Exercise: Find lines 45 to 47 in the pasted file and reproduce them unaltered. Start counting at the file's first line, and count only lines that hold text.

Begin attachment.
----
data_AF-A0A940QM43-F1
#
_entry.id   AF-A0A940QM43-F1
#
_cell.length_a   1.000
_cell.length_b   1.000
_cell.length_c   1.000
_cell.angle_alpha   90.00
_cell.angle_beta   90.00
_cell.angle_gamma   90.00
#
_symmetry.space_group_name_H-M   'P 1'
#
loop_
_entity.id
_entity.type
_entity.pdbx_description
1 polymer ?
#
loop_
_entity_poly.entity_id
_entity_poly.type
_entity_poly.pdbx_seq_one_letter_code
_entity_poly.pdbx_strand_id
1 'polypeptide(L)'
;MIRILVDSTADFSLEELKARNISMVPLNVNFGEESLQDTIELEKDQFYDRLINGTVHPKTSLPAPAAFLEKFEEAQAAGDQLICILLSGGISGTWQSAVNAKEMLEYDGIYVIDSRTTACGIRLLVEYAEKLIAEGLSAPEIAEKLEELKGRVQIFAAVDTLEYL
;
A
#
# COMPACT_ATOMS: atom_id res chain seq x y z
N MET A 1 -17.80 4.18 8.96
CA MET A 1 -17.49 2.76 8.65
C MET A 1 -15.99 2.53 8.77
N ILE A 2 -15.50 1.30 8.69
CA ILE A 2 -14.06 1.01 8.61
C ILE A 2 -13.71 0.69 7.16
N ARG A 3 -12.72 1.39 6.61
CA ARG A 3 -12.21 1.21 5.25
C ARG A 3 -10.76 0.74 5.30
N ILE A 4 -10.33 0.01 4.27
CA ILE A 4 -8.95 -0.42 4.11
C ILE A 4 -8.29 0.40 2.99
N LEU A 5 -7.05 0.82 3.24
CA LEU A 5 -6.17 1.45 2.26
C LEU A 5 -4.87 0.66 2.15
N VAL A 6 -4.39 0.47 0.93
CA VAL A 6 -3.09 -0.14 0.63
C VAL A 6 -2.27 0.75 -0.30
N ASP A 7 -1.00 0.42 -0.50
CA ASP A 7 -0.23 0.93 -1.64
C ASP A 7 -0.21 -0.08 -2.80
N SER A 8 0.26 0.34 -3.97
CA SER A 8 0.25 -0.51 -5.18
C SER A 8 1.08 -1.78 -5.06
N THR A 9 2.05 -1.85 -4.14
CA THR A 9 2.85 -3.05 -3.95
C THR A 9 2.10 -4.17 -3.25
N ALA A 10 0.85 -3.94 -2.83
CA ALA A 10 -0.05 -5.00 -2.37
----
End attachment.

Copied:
C LEU A 5 -4.87 0.66 2.15
N VAL A 6 -4.39 0.47 0.93
CA VAL A 6 -3.09 -0.14 0.63